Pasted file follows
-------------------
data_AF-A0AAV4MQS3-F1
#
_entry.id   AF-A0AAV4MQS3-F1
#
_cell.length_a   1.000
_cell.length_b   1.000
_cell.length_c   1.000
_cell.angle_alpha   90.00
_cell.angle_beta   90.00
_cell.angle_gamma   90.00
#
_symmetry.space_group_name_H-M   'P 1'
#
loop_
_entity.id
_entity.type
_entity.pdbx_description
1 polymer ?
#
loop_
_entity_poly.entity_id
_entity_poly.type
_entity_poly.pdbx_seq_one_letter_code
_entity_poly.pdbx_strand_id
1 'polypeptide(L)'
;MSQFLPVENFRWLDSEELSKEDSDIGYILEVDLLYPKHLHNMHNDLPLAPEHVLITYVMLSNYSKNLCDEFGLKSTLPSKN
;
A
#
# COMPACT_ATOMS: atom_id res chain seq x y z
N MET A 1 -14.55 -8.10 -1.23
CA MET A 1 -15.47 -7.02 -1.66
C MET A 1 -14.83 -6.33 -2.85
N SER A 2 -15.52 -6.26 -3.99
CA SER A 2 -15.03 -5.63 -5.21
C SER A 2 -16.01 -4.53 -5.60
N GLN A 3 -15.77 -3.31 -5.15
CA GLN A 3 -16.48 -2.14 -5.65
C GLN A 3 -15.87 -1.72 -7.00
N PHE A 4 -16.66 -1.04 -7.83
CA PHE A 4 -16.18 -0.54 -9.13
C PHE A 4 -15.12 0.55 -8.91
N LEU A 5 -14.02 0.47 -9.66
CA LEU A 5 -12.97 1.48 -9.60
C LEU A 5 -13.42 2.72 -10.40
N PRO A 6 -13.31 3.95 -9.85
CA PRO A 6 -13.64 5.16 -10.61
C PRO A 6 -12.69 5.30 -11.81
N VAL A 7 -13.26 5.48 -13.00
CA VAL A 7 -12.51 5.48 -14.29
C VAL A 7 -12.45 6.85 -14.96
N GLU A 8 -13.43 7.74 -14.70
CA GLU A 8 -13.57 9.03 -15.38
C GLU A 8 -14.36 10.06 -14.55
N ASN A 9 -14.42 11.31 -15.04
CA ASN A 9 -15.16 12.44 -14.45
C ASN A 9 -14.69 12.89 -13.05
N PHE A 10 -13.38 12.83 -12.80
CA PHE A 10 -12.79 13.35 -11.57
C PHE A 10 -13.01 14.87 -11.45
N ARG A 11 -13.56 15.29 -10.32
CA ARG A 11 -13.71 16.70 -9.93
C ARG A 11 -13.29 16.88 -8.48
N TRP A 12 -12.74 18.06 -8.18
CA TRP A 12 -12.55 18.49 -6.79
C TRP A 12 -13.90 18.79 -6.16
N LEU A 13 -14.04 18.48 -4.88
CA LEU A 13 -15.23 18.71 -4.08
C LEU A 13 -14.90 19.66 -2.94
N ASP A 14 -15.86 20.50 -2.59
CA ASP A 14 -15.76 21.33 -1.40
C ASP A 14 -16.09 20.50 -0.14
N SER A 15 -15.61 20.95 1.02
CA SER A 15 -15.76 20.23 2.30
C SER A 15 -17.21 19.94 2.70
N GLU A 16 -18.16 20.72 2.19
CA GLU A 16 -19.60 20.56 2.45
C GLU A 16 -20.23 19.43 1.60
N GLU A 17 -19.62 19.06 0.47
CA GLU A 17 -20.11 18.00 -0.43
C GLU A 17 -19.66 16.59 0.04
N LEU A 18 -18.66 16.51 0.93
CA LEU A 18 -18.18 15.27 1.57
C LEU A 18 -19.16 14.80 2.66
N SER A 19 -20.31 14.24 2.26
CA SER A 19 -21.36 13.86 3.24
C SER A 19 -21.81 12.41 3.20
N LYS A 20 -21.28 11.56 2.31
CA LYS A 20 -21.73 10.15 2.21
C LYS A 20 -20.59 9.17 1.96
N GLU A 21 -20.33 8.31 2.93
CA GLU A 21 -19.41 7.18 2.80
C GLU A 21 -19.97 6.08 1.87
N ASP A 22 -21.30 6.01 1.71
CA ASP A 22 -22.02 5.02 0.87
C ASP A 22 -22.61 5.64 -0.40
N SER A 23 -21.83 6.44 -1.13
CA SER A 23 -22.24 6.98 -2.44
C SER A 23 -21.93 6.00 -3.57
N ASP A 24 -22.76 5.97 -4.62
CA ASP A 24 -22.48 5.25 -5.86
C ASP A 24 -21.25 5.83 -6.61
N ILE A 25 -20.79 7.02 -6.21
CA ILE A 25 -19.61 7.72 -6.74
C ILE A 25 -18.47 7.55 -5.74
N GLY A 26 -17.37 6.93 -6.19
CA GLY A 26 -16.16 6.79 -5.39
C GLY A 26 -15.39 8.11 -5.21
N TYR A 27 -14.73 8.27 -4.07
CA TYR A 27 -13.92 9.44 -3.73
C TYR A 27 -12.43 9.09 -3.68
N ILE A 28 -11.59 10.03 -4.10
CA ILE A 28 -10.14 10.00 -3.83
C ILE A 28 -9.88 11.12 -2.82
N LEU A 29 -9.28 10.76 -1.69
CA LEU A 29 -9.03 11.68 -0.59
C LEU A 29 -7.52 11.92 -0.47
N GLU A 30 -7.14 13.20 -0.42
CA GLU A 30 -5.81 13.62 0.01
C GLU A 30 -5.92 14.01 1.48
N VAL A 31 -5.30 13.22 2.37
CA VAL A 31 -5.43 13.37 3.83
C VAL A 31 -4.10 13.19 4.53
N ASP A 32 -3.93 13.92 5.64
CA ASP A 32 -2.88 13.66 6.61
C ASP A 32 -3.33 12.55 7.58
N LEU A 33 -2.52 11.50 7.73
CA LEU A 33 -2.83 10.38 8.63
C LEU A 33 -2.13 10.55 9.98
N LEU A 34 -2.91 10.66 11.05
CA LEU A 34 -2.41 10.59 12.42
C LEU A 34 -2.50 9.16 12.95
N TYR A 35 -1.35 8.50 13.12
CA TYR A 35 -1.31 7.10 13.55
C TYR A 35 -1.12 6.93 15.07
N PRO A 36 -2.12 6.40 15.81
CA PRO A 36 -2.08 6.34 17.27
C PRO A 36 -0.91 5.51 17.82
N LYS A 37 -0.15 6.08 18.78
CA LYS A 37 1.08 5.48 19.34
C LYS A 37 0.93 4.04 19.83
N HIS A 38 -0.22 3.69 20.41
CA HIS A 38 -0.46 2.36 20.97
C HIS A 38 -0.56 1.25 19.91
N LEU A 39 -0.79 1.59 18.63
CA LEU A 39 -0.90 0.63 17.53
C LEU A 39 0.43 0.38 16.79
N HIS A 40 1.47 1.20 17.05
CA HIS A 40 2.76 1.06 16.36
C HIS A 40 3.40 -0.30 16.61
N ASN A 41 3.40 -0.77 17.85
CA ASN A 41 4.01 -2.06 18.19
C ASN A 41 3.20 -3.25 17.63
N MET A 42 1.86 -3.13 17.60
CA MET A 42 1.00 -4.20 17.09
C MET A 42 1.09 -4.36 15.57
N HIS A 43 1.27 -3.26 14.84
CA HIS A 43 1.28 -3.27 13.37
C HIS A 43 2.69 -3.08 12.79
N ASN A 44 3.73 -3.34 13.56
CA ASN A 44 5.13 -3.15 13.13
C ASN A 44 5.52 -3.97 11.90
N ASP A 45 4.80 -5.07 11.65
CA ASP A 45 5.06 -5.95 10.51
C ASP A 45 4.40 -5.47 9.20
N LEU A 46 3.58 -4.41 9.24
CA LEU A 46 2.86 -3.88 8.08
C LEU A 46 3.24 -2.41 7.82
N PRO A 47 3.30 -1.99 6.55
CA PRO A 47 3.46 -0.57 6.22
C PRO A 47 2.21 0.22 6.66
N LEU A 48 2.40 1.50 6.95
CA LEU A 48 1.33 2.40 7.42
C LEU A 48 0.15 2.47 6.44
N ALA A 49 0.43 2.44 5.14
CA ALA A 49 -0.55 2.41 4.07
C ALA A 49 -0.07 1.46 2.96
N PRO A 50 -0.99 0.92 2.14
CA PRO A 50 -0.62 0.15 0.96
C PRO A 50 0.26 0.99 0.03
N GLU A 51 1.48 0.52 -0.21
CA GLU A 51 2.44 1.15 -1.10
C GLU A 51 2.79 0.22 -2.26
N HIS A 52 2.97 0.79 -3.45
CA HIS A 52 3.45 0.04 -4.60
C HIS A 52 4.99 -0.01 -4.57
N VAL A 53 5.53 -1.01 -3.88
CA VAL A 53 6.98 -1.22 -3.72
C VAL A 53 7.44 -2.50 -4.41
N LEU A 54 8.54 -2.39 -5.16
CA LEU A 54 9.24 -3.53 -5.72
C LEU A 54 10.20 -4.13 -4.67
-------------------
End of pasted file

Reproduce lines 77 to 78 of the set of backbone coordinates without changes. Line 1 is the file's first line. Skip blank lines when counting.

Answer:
CA GLU A 16 -19.60 20.56 2.45
C GLU A 16 -20.23 19.43 1.60